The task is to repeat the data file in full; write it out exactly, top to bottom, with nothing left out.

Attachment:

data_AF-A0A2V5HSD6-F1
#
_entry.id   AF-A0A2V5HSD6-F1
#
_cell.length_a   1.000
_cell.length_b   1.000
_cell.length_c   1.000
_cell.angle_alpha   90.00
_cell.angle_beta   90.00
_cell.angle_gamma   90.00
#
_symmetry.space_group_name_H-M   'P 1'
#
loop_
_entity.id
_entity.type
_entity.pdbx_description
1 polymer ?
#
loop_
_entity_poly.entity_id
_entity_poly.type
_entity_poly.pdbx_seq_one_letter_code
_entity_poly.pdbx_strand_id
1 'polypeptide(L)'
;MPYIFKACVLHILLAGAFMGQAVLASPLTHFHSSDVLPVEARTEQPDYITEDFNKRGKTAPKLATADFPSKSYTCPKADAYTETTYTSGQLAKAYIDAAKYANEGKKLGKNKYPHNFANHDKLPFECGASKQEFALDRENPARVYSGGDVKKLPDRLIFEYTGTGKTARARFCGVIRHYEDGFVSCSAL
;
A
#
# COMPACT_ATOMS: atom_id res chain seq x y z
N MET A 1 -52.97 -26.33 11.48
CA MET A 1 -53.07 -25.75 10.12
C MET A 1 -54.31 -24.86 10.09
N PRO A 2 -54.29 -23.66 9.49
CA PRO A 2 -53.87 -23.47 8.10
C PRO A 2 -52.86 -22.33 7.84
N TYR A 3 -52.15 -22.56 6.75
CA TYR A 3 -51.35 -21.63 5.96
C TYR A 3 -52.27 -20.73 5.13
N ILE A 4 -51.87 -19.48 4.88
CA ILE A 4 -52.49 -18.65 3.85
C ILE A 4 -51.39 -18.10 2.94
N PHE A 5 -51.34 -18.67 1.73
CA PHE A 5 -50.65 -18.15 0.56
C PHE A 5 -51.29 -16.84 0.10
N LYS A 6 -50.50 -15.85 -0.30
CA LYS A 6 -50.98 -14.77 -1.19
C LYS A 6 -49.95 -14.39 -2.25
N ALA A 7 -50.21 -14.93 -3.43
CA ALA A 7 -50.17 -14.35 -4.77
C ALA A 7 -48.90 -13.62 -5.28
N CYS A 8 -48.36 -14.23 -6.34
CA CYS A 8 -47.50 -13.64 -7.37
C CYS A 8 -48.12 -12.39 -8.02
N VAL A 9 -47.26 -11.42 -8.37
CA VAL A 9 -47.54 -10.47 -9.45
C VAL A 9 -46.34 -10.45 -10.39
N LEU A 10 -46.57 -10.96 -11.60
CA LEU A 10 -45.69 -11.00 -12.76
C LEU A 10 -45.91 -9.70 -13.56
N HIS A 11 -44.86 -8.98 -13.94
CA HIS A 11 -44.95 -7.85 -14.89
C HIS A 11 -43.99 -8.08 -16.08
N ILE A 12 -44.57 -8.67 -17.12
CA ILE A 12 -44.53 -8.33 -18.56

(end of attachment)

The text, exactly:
data_AF-A0A2V5HSD6-F1
#
_entry.id   AF-A0A2V5HSD6-F1
#
_cell.length_a   1.000
_cell.length_b   1.000
_cell.length_c   1.000
_cell.angle_alpha   90.00
_cell.angle_beta   90.00
_cell.angle_gamma   90.00
#
_symmetry.space_group_name_H-M   'P 1'
#
loop_
_entity.id
_entity.type
_entity.pdbx_description
1 polymer ?
#
loop_
_entity_poly.entity_id
_entity_poly.type
_entity_poly.pdbx_seq_one_letter_code
_entity_poly.pdbx_strand_id
1 'polypeptide(L)'
;MPYIFKACVLHILLAGAFMGQAVLASPLTHFHSSDVLPVEARTEQPDYITEDFNKRGKTAPKLATADFPSKSYTCPKADAYTETTYTSGQLAKAYIDAAKYANEGKKLGKNKYPHNFANHDKLPFECGASKQEFALDRENPARVYSGGDVKKLPDRLIFEYTGTGKTARARFCGVIRHYEDGFVSCSAL
;
A
#
# COMPACT_ATOMS: atom_id res chain seq x y z
N MET A 1 -52.97 -26.33 11.48
CA MET A 1 -53.07 -25.75 10.12
C MET A 1 -54.31 -24.86 10.09
N PRO A 2 -54.29 -23.66 9.49
CA PRO A 2 -53.87 -23.47 8.10
C PRO A 2 -52.86 -22.33 7.84
N TYR A 3 -52.15 -22.56 6.75
CA TYR A 3 -51.35 -21.63 5.96
C TYR A 3 -52.27 -20.73 5.13
N ILE A 4 -51.87 -19.48 4.88
CA ILE A 4 -52.49 -18.65 3.85
C ILE A 4 -51.39 -18.10 2.94
N PHE A 5 -51.34 -18.67 1.73
CA PHE A 5 -50.65 -18.15 0.56
C PHE A 5 -51.29 -16.84 0.10
N LYS A 6 -50.50 -15.85 -0.30
CA LYS A 6 -50.98 -14.77 -1.19
C LYS A 6 -49.95 -14.39 -2.25
N ALA A 7 -50.21 -14.93 -3.43
CA ALA A 7 -50.17 -14.35 -4.77
C ALA A 7 -48.90 -13.62 -5.28
N CYS A 8 -48.36 -14.23 -6.34
CA CYS A 8 -47.50 -13.64 -7.37
C CYS A 8 -48.12 -12.39 -8.02
N VAL A 9 -47.26 -11.42 -8.37
CA VAL A 9 -47.54 -10.47 -9.45
C VAL A 9 -46.34 -10.45 -10.39
N LEU A 10 -46.57 -10.96 -11.60
CA LEU A 10 -45.69 -11.00 -12.76
C LEU A 10 -45.91 -9.70 -13.56
N HIS A 11 -44.86 -8.98 -13.94
CA HIS A 11 -44.95 -7.85 -14.89
C HIS A 11 -43.99 -8.08 -16.08
N ILE A 12 -44.57 -8.67 -17.12
CA ILE A 12 -44.53 -8.33 -18.56